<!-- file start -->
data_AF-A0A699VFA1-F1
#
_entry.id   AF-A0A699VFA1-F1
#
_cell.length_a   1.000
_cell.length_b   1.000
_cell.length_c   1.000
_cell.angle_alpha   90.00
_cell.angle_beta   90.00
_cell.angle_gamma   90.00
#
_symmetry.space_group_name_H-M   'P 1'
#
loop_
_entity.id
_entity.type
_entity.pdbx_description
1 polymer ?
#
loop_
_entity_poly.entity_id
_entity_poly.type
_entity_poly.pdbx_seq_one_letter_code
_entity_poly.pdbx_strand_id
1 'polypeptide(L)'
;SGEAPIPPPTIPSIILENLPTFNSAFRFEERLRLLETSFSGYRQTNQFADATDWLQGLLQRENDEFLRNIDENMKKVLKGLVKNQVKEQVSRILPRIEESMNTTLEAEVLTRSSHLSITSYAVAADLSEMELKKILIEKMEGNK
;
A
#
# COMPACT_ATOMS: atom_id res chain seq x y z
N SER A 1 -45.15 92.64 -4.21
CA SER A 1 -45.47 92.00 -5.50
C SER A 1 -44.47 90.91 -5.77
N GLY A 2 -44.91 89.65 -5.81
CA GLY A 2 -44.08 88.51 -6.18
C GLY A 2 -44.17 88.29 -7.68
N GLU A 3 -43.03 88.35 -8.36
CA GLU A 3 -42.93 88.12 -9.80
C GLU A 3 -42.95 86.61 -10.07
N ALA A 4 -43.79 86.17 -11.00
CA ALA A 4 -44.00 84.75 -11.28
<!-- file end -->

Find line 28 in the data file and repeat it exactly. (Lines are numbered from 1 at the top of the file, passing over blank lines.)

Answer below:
A